Archive for investments

This feels like a bad time to be investing in unknowns …

Posted in Commentary, Misc. with tags , , , , , , on July 27, 2020 by Cardboard Icons

This surely is an interesting time in our hobby. Money is flowing like water for some folks and many are willing to take more chances than ever.

You do you. But if you ask me … this sure seems like a horrible time to be investing in unknowns.

Major League Baseball returned to action this week after having the season delayed due to COVID-19. And after three games we have our first major outbreak with more than a dozen Miami Marlins players and personnel returning a positive test.

The result has been at least one canceled game, which immediately reignites the talking point that some have had for months: How the are they going to play a completed “season” during a health crisis like this?

You can believe what you want about COVID. Fact of the matter is that it’s real, people have died — and yes many have not — and we don’t know how each individual is going to react if they contract the disease so safety protocols are enacted all over the world t slow the spread until a vaccine is produced. In the sports we’ve been introduced to a term like “in the bubble,” and we frequently hear about mandatory testing and quarantine.

So how does all of this relate to card investments? Well, here: If games can’t be played, then players can’t prove or disprove their relative worth to their sports or teams, and thereby collectors/investors have nothing to really gauge their value.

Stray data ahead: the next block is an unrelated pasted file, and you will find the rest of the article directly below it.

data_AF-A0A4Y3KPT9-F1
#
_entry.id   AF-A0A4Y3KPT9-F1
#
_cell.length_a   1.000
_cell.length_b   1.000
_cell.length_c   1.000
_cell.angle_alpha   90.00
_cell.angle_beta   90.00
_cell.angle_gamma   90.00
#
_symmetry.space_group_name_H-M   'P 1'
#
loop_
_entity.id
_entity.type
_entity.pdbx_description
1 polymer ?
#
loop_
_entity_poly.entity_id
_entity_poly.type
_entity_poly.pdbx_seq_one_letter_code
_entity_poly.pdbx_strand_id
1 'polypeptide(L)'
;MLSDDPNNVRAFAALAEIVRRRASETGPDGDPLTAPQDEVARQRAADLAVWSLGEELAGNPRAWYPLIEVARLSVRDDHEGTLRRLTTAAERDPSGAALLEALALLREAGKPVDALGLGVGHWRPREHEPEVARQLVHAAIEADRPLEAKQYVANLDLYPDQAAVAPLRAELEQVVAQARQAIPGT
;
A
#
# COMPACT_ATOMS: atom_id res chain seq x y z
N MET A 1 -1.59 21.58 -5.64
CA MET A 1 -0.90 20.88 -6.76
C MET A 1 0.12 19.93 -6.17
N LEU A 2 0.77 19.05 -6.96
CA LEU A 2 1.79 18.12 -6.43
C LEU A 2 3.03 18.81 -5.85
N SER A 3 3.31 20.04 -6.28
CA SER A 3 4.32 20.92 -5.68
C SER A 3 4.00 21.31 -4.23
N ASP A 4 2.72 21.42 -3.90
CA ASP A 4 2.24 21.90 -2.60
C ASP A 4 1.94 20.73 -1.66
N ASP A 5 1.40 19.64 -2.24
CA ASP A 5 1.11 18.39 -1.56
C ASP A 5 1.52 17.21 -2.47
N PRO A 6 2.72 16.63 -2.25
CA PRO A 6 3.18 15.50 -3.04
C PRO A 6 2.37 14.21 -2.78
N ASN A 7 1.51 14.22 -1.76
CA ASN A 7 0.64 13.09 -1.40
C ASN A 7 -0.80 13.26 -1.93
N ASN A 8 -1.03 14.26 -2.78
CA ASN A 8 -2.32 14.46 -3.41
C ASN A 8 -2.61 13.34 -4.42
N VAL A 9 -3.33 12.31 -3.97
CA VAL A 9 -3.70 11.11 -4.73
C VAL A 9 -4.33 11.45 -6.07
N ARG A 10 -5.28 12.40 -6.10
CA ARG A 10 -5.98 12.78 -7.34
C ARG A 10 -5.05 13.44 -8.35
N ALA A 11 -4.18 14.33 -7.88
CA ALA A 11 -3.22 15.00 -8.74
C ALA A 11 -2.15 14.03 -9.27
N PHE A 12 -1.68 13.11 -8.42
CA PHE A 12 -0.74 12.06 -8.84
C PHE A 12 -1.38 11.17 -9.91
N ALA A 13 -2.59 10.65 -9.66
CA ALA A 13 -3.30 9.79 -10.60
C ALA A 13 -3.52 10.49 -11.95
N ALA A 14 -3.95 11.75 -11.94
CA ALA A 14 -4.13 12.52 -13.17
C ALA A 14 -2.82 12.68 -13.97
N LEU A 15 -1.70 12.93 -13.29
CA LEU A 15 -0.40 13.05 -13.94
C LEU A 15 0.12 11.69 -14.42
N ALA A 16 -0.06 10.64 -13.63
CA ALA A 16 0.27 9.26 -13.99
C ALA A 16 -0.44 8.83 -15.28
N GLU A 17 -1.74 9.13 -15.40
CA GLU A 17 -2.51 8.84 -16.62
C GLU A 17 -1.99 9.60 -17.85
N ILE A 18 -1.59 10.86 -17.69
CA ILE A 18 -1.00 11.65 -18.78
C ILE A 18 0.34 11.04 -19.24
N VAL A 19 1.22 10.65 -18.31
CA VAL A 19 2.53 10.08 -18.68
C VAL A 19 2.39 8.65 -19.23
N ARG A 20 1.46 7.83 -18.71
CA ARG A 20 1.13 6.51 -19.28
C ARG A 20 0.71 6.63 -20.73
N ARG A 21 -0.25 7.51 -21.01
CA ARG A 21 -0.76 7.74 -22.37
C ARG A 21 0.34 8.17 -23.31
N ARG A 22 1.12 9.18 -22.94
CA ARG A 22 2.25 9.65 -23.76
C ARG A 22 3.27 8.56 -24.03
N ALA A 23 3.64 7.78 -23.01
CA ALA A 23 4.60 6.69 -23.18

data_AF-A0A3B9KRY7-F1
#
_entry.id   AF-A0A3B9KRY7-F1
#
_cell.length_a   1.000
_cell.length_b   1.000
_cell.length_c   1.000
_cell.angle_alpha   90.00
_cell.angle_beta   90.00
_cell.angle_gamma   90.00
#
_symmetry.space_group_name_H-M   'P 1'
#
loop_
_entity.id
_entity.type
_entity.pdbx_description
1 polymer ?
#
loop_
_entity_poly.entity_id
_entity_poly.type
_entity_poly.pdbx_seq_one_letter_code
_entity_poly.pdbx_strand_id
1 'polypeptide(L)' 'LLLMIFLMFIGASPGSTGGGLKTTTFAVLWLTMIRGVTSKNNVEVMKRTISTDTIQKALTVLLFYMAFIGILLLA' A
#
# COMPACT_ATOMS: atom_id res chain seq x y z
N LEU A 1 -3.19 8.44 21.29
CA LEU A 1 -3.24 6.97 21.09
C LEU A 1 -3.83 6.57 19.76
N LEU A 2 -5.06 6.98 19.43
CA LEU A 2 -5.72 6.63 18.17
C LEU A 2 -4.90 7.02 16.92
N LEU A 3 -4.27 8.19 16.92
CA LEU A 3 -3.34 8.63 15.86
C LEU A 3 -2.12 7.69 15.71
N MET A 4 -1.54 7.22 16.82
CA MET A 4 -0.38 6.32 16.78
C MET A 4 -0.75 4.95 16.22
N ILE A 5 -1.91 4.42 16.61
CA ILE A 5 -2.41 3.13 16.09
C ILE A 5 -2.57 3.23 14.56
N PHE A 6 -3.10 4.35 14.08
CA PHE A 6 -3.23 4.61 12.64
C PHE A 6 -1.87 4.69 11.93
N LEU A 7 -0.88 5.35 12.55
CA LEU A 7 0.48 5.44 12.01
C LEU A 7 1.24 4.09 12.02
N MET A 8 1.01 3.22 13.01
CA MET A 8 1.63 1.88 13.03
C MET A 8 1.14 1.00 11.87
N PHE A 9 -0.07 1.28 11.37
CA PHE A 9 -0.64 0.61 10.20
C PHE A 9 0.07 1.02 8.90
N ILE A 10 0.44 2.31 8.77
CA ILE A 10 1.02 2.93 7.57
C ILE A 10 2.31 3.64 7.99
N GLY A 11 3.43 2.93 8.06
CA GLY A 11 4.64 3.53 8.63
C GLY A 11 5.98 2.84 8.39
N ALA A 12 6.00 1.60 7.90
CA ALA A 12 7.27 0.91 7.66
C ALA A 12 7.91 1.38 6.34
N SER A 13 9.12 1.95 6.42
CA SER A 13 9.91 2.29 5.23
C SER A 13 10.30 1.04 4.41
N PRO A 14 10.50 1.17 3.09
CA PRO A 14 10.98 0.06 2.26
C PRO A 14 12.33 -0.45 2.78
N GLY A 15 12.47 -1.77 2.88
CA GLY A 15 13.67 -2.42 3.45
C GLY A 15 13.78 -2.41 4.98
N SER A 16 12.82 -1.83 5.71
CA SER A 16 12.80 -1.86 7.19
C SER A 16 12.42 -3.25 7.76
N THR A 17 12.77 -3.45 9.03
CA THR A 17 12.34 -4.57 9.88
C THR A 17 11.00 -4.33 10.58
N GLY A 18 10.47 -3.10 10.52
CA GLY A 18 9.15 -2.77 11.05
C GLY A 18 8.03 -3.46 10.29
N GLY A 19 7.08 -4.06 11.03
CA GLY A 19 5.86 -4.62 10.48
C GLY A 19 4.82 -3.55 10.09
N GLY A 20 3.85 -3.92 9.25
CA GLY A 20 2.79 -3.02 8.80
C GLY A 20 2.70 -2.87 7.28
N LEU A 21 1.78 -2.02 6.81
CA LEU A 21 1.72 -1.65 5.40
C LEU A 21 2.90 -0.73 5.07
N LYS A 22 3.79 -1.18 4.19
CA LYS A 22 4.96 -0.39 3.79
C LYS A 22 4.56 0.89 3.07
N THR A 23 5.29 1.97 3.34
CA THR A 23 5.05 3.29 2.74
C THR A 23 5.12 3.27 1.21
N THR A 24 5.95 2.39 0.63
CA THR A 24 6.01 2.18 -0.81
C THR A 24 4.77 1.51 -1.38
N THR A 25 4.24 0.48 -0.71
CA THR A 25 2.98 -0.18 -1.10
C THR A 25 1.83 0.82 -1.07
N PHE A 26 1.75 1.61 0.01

Don’t you find it odd that during a 100-day period where none of the major sports were being played that values of young players — and a fair amount of stars — skyrocketed?

It’s because much of the investing side of this hobby/business is built on “promise.” It’s built on the idea that today’s big prospect is tomorrow’s next Mike Trout, who of course is still in the midst of being the next Mickey Mantle or Willie Mays. This is the baseball analogy, but there are similar arguments in other sorts.

And if this 60-game baseball season can’t have a proper conclusion — all games being played and a playoff — how are those guys going to show their worth?

Luis Robert had a really good weekend, Kyle Lewis did as well. But if the season got called off today, or in a week or month, is that going to be enough to keep your interest longterm?

And how on earth is Jasson Dominguez ever going to show us how he performs in a game with professionals if the Minor League season has been canceled? I mean batting practice homeruns can only keep the pilot light on for so long.

Investing, or maybe flipping is better term, is an art. I realize that. None of the aforementioned players have to become a Hall of Famer for YOU to have done well on your particular investment, after all the key is being able to capture the money between buying low and any higher price. But for the ones who keep buying at the high end, doesn’t the uncertainty of games even being played scare you away?

Again, you’re going to do what you do with your money. I’m no financial guru. But for me, I just don’t see how this is an optimal time to be buying on the high end for any player whom I can’t sit and at least think about their good years simply because they’ve not been able to have them.

Embrace these times; things won’t always be this good

Posted in Commentary with tags , , , , , , on May 6, 2020 by Cardboard Icons

For about 20 years, we’ve been talking about the rise and fall of the hobby since the days of the Junk Wax Era. We have shared and embraced story after story discussing the great times we had during the 1980s and 1990s as this hobby rose to stardom.